Who’s pulled (and pushed) radio spend during COVID?

Edmonton has had perhaps the easiest go, but times are tight everywhere.
alexey-ruban-73o_FzZ5x-w-unsplash (1)

Radio advertising, as with most other media channels, has been impacted by the COVID crisis. A report from Adease Media Intelligence looks at the top  radio advertising categories between the week of March 9, the week before sweeping stay-at-home orders, through to May 10, when some provinces began laying out their pathways to a new normal.

There was, as expected, a massive decrease in the overall volume of Radio Advertisement. During April 13 to 19 as compared to the week of March 9, radio advertising activity across Canada was down by almost half at 45%.

After a general decline over the first six weeks, there have been signs of a very small rebound. By the week ending May 10, radio advertising had recovered by 5%.

Changes have affected all major Canadian markets in slightly different ways. During the first month of the COVID crisis, Quebec City and Montreal saw the largest drop in radio advertising.

Although advertising has started to increase across the board, not all markets are equal. By the week of May 10, Vancouver was up by 1%, Edmonton by 4%, Montreal grew by 6%, and Ottawa up by 7%. Quebec City advertising jumped by a whopping 30% while Calgary increased by 5% and Toronto only by 3%.

Looking at advertising categories, during the week of April 16, 12% of ad categories stopped radio advertising completely across Canada.

By the markets


The market saw a 39% drop between the beginning of March and the beginning of April. Some categories went down and stayed down; for example, by May 10, the finance category had largely stopped advertising in the city. Restaurants had initially declined by 27% during the first month, driven partially by a complete withdrawal from McDonald’s and Tim Hortons’ 30% decline. That downward trend continued into May.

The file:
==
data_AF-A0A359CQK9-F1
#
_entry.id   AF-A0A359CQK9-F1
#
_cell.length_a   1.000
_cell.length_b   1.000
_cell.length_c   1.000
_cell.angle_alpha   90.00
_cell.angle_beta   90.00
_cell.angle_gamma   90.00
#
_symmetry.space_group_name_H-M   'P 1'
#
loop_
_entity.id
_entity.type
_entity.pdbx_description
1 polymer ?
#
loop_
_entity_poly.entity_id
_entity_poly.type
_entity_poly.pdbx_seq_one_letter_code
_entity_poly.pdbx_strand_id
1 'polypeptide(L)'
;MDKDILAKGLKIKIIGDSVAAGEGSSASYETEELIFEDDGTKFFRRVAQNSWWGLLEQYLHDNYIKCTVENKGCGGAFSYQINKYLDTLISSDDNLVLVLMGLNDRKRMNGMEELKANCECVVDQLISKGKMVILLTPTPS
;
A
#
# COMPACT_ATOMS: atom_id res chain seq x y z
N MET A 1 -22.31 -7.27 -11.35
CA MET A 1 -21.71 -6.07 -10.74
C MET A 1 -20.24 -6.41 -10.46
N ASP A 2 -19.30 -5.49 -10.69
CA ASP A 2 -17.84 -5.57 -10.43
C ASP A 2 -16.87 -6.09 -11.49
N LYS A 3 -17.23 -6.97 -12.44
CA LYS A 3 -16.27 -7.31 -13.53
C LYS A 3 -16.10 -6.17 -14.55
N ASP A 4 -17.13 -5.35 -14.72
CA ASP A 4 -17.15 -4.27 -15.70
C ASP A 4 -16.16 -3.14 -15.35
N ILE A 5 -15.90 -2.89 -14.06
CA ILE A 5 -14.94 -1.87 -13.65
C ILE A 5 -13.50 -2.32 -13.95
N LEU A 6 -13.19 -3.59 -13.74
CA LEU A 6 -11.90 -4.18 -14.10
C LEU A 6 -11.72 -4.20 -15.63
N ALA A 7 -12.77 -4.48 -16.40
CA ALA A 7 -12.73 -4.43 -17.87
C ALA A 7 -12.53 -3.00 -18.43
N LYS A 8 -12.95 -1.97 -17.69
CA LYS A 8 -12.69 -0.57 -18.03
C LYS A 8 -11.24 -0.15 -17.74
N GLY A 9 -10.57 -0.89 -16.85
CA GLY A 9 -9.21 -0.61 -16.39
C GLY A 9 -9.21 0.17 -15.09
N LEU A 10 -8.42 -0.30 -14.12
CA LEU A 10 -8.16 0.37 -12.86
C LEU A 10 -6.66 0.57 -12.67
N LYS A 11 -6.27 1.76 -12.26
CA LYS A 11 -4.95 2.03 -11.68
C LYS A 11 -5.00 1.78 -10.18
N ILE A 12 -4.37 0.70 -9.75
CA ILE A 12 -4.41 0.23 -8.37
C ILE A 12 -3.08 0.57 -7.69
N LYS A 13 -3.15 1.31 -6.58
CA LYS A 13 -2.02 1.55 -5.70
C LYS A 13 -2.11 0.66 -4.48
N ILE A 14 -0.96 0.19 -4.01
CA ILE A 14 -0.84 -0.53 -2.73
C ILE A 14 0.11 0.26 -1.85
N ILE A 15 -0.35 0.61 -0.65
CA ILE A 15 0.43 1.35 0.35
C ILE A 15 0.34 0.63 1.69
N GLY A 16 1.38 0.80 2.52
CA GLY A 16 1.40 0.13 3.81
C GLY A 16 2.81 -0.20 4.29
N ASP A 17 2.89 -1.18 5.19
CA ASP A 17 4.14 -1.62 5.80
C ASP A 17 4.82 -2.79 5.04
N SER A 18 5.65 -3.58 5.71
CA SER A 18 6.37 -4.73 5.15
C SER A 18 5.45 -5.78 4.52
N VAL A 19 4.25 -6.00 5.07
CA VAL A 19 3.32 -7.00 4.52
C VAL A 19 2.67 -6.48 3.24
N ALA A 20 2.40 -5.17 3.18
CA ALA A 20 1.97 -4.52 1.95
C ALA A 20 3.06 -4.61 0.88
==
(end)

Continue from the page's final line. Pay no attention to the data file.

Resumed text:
And while automotive services increased radio advertising have begun increasing, local dealerships have further decreased. Meanwhile, home improvement stores increased dramatically, driven by big buys from chains like Lowe’s.


Calgary radio experienced a 39% decline comparing the weeks of March 9 and April 13. Like other markets, all fitness clubs dropped advertising and 20% of categories, including utilities, stopped advertising altogether. These categories remained absent during the week ending May 10.

However, during April, just over one-third of advertising categories actually advertised more. Canadian Tire led retail with a 39% share while Walmart was a close second at 29%. In May, home improvement stores doubled their advertising activity over April.


The Montreal market saw the second-largest initial decrease in advertising with a 46% reduction during the week of April 13. Almost a third of categories receded from radio entirely, including travel services and casinos and resorts. Almost two-thirds of top Montreal advertisers decreased their volume. Automotive dealership association group ads fell the most, 99%. Mercedes-Benz and Subaru were the only two remaining with sponsorship mentions. Furniture retailers decreased 64% with Dormez-Vous accounting for more than 90% of the activity.

In May, furniture continued to recede and restaurant advertising, which was down 58% in April, slipped even further but automotive dealers made a significant comeback, rising from 58th to 7th in overall ranking. The most notable increase in advertising in Montreal in April was the Government of Quebec with a jump of 472% – and they continued to substantially increase their advertising during the week of May 10, increasing its spend by a further 16%.


In Toronto, advertising as a whole was down by 43% in April. The Government of Ontario was by far the biggest advertiser for the month, jumping by an astounding 425% over March advertising, with COVID-19 messages. By the week of May 10, radio advertising in Toronto had slipped a little more – down 46% from the pre-COVID numbers.


In Ottawa, almost a quarter of categories stopped advertising all together in April. Of those that continued to advertise on radio, almost two thirds advertised less. Government continued to lead spending in May, up even more from the 583% increase in April.


Edmonton lost only one-third of its advertisers by April 13, less than any other market in the country, and only 16% of advertising categories completely stopped advertising, including bank insurance, medical supplies and employment services. Some major brands pulled back entirely, but only half of the categories in Edmonton decreased their activity. Local automotive dealerships were down by only 17%, which was much lower than the national average of 79%.

The week ending May 10, saw an almost complete resurgence of health clubs, lotteries and casino radio advertising; Edmonton saw significant increases in automotive, home improvement services and home improvement retailers in May over April. Even sporting goods saw a slight resurgence during the week of May 10.